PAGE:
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N and H, Second Artillery, which are stationed upon the outskirts of Habana. In the closing sentence of his official report of that inspection he says: “Although it was just after pay day, there was not a man in the entire command inspected who showed any effects of the use of intoxicating liquor,” and adds that the officers of these commands " united in saying that since the establishment of the canteen at these batteries there have been less sickness, fewer trials, and better discipline, and no case of alcoholism, the latter of which often happened under previous conditions."

The batteries were originally under the command of General Ludlow, during which time canteens were prohibited. After they came under my command canteens were allowed. This, therefore, is a practical illustration of the same troops in the same stations without a canteen and with a canteen.

There are five district jails in Habana Province and four in the province of Pinar del Río. It is presumed General Wilson's annual report will embrace the jails in Matanzas and Santa Clara. These jails have been inspected regularly and were at first in a very unsatisfactory condition. Prisoners were found in confinement who had been held for many months for trivial offenses without trial, and in some cases they did not know what they were charged with nor could the jail officials tell. These prisoners have all been released and the jails put in a satisfactory condition at an expense of $20,344.34. Salaries due jail officials for seven and eight months previous were all paid up to the first of July, since which time the department commander has had nothing to do with them.

All public funds have been conscientiously handled during the past fiscal year in the Department of the Province of Habana and Pinar del Río and later in the Department of Habana and Pinar del Río; the amount allotted, received, and disbursed during that time being $267,395.30, the first by Capt. H. J. Slocum, Seventh Cavalry, disbursing officer of the department, until he was obliged to take a sick leave, and since the latter part of June his duties have been discharged by Maj. George S. Cartwright, chief quartermaster of the department.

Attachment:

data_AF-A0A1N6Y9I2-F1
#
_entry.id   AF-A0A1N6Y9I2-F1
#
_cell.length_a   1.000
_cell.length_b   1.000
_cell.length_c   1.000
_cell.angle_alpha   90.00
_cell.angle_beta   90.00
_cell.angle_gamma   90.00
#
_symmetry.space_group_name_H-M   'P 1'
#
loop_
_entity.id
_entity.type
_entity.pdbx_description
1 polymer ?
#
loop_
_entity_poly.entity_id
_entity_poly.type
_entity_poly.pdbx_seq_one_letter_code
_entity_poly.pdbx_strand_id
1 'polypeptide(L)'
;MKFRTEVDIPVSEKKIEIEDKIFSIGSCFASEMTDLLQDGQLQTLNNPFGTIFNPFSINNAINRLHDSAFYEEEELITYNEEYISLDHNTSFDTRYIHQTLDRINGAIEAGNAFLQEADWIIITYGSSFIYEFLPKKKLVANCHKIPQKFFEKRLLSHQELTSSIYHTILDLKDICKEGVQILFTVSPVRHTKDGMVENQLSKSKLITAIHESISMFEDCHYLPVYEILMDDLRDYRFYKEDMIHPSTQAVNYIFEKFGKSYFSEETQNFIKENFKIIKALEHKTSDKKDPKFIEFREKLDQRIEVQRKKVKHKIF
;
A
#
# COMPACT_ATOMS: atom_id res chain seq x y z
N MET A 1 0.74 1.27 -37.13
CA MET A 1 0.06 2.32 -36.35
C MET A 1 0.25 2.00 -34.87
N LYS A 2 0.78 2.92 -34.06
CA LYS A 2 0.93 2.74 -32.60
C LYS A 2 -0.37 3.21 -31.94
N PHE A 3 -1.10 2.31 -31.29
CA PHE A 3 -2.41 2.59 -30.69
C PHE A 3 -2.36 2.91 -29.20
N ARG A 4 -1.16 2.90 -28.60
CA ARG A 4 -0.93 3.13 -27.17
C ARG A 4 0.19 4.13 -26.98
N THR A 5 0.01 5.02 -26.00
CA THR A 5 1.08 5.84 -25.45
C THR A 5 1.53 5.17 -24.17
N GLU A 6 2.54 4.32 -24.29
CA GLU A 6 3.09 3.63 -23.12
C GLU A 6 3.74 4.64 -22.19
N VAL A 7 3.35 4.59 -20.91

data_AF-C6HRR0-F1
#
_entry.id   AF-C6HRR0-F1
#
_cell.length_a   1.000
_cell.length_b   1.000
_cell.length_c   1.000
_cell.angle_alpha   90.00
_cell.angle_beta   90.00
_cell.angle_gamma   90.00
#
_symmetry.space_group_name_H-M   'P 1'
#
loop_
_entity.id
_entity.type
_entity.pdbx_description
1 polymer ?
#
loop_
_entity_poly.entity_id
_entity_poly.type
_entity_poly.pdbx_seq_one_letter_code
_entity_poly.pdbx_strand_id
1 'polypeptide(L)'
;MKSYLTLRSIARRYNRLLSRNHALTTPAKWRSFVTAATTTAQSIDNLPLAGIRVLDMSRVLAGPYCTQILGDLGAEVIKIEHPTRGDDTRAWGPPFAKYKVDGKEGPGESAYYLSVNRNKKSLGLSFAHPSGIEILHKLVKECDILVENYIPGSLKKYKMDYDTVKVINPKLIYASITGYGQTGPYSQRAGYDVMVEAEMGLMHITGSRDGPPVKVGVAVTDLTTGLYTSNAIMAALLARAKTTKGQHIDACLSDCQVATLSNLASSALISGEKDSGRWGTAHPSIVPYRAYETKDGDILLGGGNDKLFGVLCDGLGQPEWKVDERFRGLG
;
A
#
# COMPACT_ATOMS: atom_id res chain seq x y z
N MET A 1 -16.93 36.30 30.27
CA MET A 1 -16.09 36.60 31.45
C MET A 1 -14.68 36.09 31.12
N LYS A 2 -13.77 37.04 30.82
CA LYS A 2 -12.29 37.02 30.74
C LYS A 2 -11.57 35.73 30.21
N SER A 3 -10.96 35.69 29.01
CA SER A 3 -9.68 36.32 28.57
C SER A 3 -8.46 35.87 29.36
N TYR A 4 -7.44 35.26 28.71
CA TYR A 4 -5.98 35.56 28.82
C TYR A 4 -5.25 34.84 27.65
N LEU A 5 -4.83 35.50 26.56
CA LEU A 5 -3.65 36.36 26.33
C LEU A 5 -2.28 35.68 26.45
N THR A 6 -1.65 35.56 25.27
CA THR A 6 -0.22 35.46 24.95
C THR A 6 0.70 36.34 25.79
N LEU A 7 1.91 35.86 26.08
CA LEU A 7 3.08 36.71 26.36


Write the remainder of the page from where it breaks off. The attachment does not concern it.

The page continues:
There is one company of rural guards in the provinces of Habana and Pinar del Río, consisting of 3 officers, 16 noncommissioned offcers, and 90 privates. These guards are stationed about at various locations within the limits of the department to preserve law, order, and peace in the rural districts. They are required to carry out instructions from the different alcaldes and to assist the rural police when called upon to suppress disorders. The guards are nearly all ex-Cuban soldiers, well acquainted with the country and people, and carefully selected from a large number of applicants, and have been successful in recovering stolen property and breaking up cattle and horse stealing. They are armed with the .44-caliber Remington carbine. These arms are kept well cleaned and oiled, and each trooper carries 12 cartridges and a machete; clothing and equipments in good condition, and they are fairly well mounted on native ponies. For this service during the last fiscal year $53,474.99 has been paid.

Attention is called to the report of First Lieut. H. F. Jackson, Second Artillery, acting engineer officer. Extensive road building has been carried on in various sections of the department. Columbia Barracks has been united by a fine avenue to the Almendares River, over which a pontoon bridge has been thrown, and from which roads lead via

on.

Vedado, where connection is made with the posts of the Second Artillery and on to Habana, and by the Colon Cemetery also to Habana, thus affording means to rapidly throw troops, if necessary, into Habana by two routes, in addition to the existing calzada from Marianao and Quemados to that city. The business of the signal department has been satisfactorily carried

The necessary telegraph and telephone lines have been run in the department and kept in good working order. The department headquarters has been placed by a telephone system in connection with 18 offices, including the residences of officers in and around Quemados and 54 in and around Habana, as well as telegraph communication with all the world.